(GIN)–The rich are getting richer, businesses are thriving, but it’s hard not to notice that discontent is growing among the expanding poor and middle class and could soon pose a threat to the well-to-do.
At the exclusive World Economic Forum, an annual event held in Davos, Switzerland, income inequality was the talk among many corporate leaders, and the good jobs being lost to trade and automation.
“We’re living in a Gilded Age,” said Scott Minerd, chief investment officer of Guggenheim Partners, which manages more than $265 billion in assets. “I think, in America, the aristocrats are out of touch. They don’t understand the issues around the common man.”
In fact, a new Global Risks Report declares that humanity is “sleepwalking its way to catastrophe” referring to extreme weather, failure to act on climate change, among other threats.
For the jobless poor, a new buzzword–“upskilling”–was bandied about. Training could help people obtain better jobs in the digital economy, some assert.
Stephen A. Schwarzman, chief executive of Blackstone, doubled down on the need for digital education which would lessen the inequalities that people have in terms of job opportunities.
It’s “up to the grown-ups” to make digital upskilling happen in K-12 schools, said Mr. Schwarzman, whose net worth is estimated at $13 billion.
But what most of the elites are uniformly against is a solution to be found in taxing wealth.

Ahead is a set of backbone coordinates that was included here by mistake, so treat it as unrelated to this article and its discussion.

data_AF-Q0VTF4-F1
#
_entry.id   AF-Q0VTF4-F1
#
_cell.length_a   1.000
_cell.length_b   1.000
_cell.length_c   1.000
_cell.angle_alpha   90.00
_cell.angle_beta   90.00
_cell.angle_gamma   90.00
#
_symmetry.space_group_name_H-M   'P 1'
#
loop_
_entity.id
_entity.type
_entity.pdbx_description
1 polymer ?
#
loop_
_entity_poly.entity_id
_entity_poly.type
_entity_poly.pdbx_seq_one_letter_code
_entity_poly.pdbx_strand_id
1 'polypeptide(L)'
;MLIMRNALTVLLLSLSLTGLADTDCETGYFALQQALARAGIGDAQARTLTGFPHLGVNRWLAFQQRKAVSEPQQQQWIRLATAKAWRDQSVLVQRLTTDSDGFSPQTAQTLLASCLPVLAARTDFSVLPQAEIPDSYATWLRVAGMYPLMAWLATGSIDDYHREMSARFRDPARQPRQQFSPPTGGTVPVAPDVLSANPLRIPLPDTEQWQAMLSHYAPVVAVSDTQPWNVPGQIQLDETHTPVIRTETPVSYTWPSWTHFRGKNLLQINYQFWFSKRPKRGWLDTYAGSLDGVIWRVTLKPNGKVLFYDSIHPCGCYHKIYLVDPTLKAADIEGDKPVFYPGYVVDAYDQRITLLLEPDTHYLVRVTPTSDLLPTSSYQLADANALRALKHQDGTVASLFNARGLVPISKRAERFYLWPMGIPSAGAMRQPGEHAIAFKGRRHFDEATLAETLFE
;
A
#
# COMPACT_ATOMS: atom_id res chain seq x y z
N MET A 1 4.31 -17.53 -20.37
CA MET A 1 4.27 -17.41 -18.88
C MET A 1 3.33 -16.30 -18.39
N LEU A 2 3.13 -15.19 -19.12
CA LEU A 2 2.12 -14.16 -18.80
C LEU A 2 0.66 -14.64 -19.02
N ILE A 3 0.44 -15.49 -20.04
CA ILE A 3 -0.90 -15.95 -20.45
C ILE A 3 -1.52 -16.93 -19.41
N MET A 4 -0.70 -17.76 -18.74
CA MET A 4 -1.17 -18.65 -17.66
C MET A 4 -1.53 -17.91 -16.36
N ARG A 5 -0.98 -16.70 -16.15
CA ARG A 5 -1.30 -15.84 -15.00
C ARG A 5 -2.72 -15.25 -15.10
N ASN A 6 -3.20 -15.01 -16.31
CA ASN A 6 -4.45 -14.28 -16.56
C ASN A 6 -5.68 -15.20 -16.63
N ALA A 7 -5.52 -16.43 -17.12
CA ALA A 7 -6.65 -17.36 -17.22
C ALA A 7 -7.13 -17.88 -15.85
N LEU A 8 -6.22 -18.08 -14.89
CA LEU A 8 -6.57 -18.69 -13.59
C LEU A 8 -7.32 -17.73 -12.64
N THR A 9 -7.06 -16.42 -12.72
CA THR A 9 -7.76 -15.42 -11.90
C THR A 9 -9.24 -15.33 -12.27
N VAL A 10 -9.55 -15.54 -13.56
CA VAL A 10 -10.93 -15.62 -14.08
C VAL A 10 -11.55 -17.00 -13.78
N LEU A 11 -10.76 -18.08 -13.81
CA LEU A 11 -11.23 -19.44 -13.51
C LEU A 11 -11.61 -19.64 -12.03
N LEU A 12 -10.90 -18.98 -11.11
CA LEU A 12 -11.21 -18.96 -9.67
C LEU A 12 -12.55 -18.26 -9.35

Winnie Byanyima, executive director of Oxfam International, couldn’t disagree more. “We’re in a world where governments do not tax wealth enough, do not tax the rich enough.”
Billionaire fortunes are spiraling by $2.5 billion daily, according to Oxfam in a new report. The share of wealth held by billionaires increases by $2.5 billion a day, while the share of wealth among the 3.8 billion of the world’s poorest decreases by $500 million a day.
“Our economy is broken,” said Ms. Byanyima, originally from Uganda. “Hundreds of millions live in extreme poverty while huge rewards go to those at the very top.”
Governments are fueling this inequality crisis, she insists. “They are under-taxing corporations and wealthy individuals, while underfunding vital public services like healthcare and education … The human costs are huge, with women and girls. suffering the most.”
Countries cited by Oxfam with the greatest income inequality gap were Nigeria, Brazil, Ghana and Kenya.
The Forum ran from Jan. 22-25. To read the Oxfam briefing paper released in January, visit www.oxfam.org.